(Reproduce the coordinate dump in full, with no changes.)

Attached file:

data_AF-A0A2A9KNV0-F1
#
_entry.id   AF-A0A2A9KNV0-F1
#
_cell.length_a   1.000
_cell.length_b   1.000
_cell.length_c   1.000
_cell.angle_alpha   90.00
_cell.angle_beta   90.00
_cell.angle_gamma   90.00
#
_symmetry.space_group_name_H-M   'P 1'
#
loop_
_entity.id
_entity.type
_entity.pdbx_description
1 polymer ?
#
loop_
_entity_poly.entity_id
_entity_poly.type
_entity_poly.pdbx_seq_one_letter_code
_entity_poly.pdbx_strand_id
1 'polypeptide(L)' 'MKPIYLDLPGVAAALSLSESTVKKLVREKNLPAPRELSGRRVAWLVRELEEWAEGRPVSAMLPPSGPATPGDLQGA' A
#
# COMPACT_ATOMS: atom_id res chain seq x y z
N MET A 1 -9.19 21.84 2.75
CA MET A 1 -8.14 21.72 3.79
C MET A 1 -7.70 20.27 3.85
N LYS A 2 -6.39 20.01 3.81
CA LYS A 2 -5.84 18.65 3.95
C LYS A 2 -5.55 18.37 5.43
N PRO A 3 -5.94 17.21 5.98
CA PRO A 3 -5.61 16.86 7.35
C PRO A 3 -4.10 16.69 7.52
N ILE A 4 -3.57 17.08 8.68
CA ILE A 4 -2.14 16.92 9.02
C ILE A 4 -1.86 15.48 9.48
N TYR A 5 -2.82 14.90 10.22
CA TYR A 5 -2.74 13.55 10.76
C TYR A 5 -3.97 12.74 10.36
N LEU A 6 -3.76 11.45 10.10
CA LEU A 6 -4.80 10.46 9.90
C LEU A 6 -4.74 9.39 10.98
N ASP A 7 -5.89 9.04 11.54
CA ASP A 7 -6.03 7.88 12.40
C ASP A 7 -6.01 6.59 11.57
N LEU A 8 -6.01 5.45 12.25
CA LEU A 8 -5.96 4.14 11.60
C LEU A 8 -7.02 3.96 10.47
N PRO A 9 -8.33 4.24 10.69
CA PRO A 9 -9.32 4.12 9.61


data_AF-A0A2A9KNV0-F1
#
_entry.id   AF-A0A2A9KNV0-F1
#
_cell.length_a   1.000
_cell.length_b   1.000
_cell.length_c   1.000
_cell.angle_alpha   90.00
_cell.angle_beta   90.00
_cell.angle_gamma   90.00
#
_symmetry.space_group_name_H-M   'P 1'
#
loop_
_entity.id
_entity.type
_entity.pdbx_description
1 polymer ?
#
loop_
_entity_poly.entity_id
_entity_poly.type
_entity_poly.pdbx_seq_one_letter_code
_entity_poly.pdbx_strand_id
1 'polypeptide(L)' 'MKPIYLDLPGVAAALSLSESTVKKLVREKNLPAPRELSGRRVAWLVRELEEWAEGRPVSAMLPPSGPATPGDLQGA' A
#
# COMPACT_ATOMS: atom_id res chain seq x y z
N MET A 1 -9.19 21.84 2.75
CA MET A 1 -8.14 21.72 3.79
C MET A 1 -7.70 20.27 3.85
N LYS A 2 -6.39 20.01 3.81
CA LYS A 2 -5.84 18.65 3.95
C LYS A 2 -5.55 18.37 5.43
N PRO A 3 -5.94 17.21 5.98
CA PRO A 3 -5.61 16.86 7.35
C PRO A 3 -4.10 16.69 7.52
N ILE A 4 -3.57 17.08 8.68
CA ILE A 4 -2.14 16.92 9.02
C ILE A 4 -1.86 15.48 9.48
N TYR A 5 -2.82 14.90 10.22
CA TYR A 5 -2.74 13.55 10.76
C TYR A 5 -3.97 12.74 10.36
N LEU A 6 -3.76 11.45 10.10
CA LEU A 6 -4.80 10.46 9.90
C LEU A 6 -4.74 9.39 10.98
N ASP A 7 -5.89 9.04 11.54
CA ASP A 7 -6.03 7.88 12.40
C ASP A 7 -6.01 6.59 11.57
N LEU A 8 -6.01 5.45 12.25
CA LEU A 8 -5.96 4.14 11.60
C LEU A 8 -7.02 3.96 10.47
N PRO A 9 -8.33 4.24 10.69
CA PRO A 9 -9.32 4.12 9.61